• 58. Players as Designers • Contributing content • Modifying game elements • Using existing design patterns – Previous design knowledge is re-used in new design problems 58
  • 59. Learning through participation in game design • Active –constructive learning (users: cocreators of new ideas, knowledge and products, public meta-artifacts) • Rich learning opportunities: analysis and synthesis around the city space and the spatial content that is going to be integrated in the game • Ownership of information • Participation in design communities 59
  • 60. Designing CityScrabble • Choosing from a set of different types of links: (i.e. Stars: One to many, Chains:A is linked to B, B is linked to C etc, Thematic lists: linking concepts to objects ) • Content – Selecting the places of the city that will become part of the game – analyzing them according to the structure of the game • Events (bonus elements, dangerous zones etc) • Rules: When do you win (score) 60
  • 61. Playing by constructing your game Two teams compete by creating questions relating to modern art gallery exhibits Di Loreto et al. 2013, Conference on Intelligent Environments 61
  • 62. Open Design Patterns Deriving Design Patterns through a game design workshop Similar to: Pervasive Games Design Patterns Davidsson, Peitz, & Björk, 2004, Björk &Peitz, 2007 Game Ontology Project (Hochhalter, Lichti, & Zagal, 2005) 62
  • 63. Pompeii Game Design Workshop • The task is to design a game for the archaeological site of Pompeii, given design material and a design framework • Objective is to observe design activity of different design groups and deduce common design patterns for this class of games 63
  • 64. Pompeii Game Design Workshop The aim of the activity is each group to design a game where the players move in the archaeological site and use mobile devices (e.g. smartphones) in order to: – have fun – discover the site and learn – interact with each other 64
  • 65. The Pompeii Design Workshop 65
  • 66. The Pompeii Design Workshop 66
  • 67. Pompeii Design Workshop : the Worksheet The objective What is the aim of the game? What The rules will you explain basic rules? How are the players that What are the to & technology Use to do? How will the player they have of tools they guide the game to will be used? As How will the mobile the end? Are know about success? a narrative? Mechanisms there roles? Is there information screens, communication, How are the rules enforced? How is the barcodeLocation and real-world objects scanners, GPS, maps, radar, game paced? Is there immersion in the compass, flashlight...?involved in the game? How are they game? What about atmosphere of the and aesthetic result Behaviors How are the players interacting with player communication? Awareness of to How do you expect the game the them? actions of the other time? How will the players evolve over players? Competion? Cooperation? Deception? feel playing it? 67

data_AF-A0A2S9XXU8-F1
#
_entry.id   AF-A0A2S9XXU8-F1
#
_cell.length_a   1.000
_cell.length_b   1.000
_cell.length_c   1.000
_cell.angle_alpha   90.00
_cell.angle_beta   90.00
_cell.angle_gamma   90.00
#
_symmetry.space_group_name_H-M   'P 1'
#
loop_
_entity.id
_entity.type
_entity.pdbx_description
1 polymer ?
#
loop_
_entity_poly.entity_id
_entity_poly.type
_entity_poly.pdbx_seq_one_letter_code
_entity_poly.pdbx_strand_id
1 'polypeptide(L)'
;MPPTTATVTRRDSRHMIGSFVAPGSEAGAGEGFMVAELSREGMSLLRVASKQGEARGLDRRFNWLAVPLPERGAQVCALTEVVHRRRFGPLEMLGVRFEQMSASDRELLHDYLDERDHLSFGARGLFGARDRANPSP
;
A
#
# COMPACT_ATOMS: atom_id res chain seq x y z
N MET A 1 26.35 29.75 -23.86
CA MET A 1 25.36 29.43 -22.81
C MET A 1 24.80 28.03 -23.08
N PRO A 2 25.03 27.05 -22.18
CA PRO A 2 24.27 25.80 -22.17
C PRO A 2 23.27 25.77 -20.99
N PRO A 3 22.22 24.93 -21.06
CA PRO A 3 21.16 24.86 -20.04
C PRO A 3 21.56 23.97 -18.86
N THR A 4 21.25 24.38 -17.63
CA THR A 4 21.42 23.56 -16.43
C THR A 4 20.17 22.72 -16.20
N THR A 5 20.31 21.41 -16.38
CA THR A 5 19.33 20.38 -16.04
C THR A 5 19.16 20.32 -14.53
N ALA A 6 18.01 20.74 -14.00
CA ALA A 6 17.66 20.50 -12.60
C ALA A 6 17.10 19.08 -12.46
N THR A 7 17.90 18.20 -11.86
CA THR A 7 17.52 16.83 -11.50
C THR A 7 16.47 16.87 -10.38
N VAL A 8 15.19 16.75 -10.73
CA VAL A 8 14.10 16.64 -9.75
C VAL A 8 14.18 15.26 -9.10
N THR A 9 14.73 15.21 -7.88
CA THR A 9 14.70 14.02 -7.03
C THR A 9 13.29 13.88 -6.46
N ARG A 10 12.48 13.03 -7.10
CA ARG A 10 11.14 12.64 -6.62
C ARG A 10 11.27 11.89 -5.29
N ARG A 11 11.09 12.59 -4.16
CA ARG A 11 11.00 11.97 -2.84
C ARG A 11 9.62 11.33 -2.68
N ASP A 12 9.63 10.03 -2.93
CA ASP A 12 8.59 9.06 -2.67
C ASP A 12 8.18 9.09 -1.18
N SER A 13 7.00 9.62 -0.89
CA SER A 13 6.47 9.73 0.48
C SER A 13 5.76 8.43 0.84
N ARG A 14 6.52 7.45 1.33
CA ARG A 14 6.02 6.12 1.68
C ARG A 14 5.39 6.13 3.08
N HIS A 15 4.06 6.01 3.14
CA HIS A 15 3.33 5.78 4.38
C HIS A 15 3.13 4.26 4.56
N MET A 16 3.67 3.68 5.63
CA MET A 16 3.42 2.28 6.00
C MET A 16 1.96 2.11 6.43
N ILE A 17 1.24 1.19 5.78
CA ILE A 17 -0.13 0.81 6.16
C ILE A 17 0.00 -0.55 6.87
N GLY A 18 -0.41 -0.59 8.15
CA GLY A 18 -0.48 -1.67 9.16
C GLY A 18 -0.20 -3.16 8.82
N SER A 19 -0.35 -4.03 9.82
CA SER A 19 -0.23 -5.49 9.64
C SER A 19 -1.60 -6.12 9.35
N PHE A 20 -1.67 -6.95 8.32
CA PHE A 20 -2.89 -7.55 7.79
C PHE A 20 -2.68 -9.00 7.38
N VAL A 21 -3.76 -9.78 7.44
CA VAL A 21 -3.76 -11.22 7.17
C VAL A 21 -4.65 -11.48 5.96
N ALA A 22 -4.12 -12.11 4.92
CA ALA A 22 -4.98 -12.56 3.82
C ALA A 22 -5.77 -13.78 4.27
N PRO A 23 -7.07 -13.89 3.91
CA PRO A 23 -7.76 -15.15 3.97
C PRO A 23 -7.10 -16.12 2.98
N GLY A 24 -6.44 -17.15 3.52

• 68. 32 game designs were produced in 6 workshops in 4 different countries Zakynthos, GR : Summer School on Technologies for Cultural Heritage 68
  • 69. Design workshops Pecs, HU, Erasmus IP on cultural heritage management 69
  • 70. Games: the titles 70
  • 71. Deriving design patterns By applying methods from content analysis and grounded theory we identified codes in the design documents and used these codes to extract what patterns and strategies the designers followed 71
  • 72. Design Patterns http://hci.ece.upatras.gr/l-bags/ (soon in English) 72
  • 73. Cooperation Information awareness Competition The cooperation and competition between players/groups is adjusted by controlling information provided to them. Information Awareness regulates competition. In a same-place game, there is the possibility of information because the players are close (e.g. see and hear the opponent ) . Information can flow accidentally (eg a sound from the device other players may reveal some information ) . Wrong information may be deliberately delivered (see patterns bluff, sabotage). If the mobile devices are personal telephones of players, they can be used as phones for coordination and information exchange, bypassing or expanding information channels of the game. Information awareness concerns management of the information that is known to the players, it may concern actions of other players or teams or information about them (such as their score, position in space, etc.). One example is the fog of war , where the actions of the opponent is hiding behind a veil . Can be combined with diversification of players (two players with different characteristics have access to more information if found close together, see also co-location). Associated with heuristics 3.7 Control bluffing sabotage Co-located players Fog of war Players diversification 73
  • 74. Experimental use of design patterns 74
  • 75. Using design patterns Using it as a checklist Getting new ideas Refining an initial idea Checking old solutions to new problems Relating structure of the game to game elements 75
  • 76. The Pompeii workshop An open repository of design knowledge for city mobile games hci.ece.upatras.gr/pompeiigame/ Sintoris et al. (2014) on Design patterns 76
  • 77. thanks hci.edu.gr 77